Summer is here! Time to get on that S7 to Schwechat, hop on a plane – don’t forget to post that ‘plane wing over the clouds’-picture – and see the world! Right?
Not according to Peter-Paul Vossepoel, one of the founders of ‘Zomer Zonder Vliegen’. That’s Dutch for ‘Summer without Flying’. This initiative is all about traveling and exploring, but it changes one crucial element so often involved in satisfying our #wanderlust: flying is verboten. Instead, ‘Summer Without Flying’ looks for alternatives and brings people together to share the joys of slow travel. Why though?
Peter-Paul: “Hopping on a plane has become a habit. The possibilities are endless, the world is at our feet. This includes destinations that are close-by, because flying is often the easiest, cheapest and fastest option. Zomer zonder Vliegen wants to question that habit of flying and challenges you to think about different ways of traveling.
After all, the increasing amount of aviation is putting a huge strain on our climate, as planes emit large amounts of greenhouse gases. We travel more and further away per plane, and a single flight can negate all our personal efforts to reduce our carbon footprint.
That is why we want to question the habit of traveling by plane and show and share the pleasure of traveling a different way.”
But isn’t flying sometimes less bad that driving a car somewhere?
Peter-Paul: “It’s impossible to determine what the exact CO2-emission of your journey is, be it per plane, train or bus. The amount of people traveling with you, the route, the type of vehicle, the fuel used, your traveling speed: all these factors play a role. But no matter which way you look at it, in the end flying is nearly always the worst version of traveling.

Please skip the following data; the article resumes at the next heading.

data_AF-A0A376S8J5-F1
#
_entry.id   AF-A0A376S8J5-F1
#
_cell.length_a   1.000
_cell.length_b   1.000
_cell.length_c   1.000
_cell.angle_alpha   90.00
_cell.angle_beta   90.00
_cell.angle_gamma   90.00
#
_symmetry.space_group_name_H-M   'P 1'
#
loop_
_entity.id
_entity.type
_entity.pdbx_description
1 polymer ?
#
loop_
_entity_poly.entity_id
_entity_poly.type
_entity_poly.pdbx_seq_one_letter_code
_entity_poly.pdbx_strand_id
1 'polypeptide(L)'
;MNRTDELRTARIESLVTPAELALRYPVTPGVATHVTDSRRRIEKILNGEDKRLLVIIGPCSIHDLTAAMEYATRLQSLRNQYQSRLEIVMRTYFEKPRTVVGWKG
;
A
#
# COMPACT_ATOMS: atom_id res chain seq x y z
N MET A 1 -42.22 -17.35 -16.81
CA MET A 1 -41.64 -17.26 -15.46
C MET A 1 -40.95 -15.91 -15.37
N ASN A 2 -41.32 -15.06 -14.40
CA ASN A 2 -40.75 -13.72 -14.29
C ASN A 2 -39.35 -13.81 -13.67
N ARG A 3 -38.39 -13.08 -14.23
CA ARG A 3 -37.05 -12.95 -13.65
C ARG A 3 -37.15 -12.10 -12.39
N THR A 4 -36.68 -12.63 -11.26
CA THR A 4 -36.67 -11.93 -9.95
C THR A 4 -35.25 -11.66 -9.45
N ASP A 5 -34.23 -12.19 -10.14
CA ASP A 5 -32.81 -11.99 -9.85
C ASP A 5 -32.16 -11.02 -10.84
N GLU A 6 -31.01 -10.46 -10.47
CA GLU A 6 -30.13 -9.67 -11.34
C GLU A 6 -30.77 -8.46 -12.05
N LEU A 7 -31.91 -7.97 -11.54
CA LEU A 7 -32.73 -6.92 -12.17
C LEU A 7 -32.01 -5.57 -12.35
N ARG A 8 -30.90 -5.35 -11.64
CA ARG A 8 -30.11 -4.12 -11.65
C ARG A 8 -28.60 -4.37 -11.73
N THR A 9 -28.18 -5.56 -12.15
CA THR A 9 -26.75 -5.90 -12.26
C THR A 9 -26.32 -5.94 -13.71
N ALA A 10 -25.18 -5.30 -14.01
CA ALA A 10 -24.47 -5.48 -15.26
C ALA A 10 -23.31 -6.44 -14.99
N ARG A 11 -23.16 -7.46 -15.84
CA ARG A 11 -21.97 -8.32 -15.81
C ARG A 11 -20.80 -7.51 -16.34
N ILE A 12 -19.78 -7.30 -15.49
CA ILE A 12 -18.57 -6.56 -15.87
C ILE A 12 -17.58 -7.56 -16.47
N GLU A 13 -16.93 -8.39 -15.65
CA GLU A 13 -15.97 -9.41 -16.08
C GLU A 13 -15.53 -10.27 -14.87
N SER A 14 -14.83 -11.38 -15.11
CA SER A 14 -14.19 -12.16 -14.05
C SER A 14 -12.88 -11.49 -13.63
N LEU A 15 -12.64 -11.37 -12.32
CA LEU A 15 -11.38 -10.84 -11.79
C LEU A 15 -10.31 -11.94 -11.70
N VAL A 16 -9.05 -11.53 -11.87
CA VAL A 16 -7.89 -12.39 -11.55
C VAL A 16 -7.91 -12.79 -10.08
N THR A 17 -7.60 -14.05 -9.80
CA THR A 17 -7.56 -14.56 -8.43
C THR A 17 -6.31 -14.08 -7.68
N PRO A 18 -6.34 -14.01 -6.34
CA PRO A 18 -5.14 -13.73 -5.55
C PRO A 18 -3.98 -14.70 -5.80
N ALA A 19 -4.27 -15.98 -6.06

Yes, it could be that driving by yourself to Barcelona in a shitty car is worse than flying with 200 other people in plane, but numbers per kilometer only tell a part of the story. The biggest issue of air travel are those long distances, that we wouldn’t choose to traverse with different means of transportation. Who would travel to Barcelona for a weekend-getaway by car or train?”
OK, but what about those great ‘compensate your flight’ programmes. Isn’t it enough that somewhere trees are being planted every time I fly?
Peter-Paul: “Trees being planted and other ecological projects are always great, of course. However, they will not solve the problem of flying. Currently only 5-10 percent of the world population has been on a plane. Imagine what would happen if everyone would start flying. It is downright impossible to compensate for those emissions, they would be way, way too big.”
We see your point. So what do you suggest?
Peter-Paul: “There are so many other ways to travel, that can be just as or even more exciting. The difference is it will be slower and most likely less far. But not necessarily less adventurous. There are tons of great flight-free destinations that are closer to home, undiscovered or completely forgotten about.
Together with our community we are creating a travel guide full of practical tips, inspiration and personal travel stories. Currently, it is in Dutch only, because we are based in the Dutch-speaking part of Belgium. But of course, it would be awesome if we can get together an international community of no-fly travelers and explorers.“
Do you want to join this community of no-fly explorers? Let us know! Vienna Shares will be starting it’s own ‘Summer without Flying’ project in 2019. Contact us at hello[at]viennashares.org if you want to contribute :)
For more information, check:
www.zomerzondervliegen.be (in Dutch)
Flying is a hot topic in Vienna as well. The legal battle over the controversial third runway in Schwechat is on-going. Find out more here.
By: Mirjam de Klepper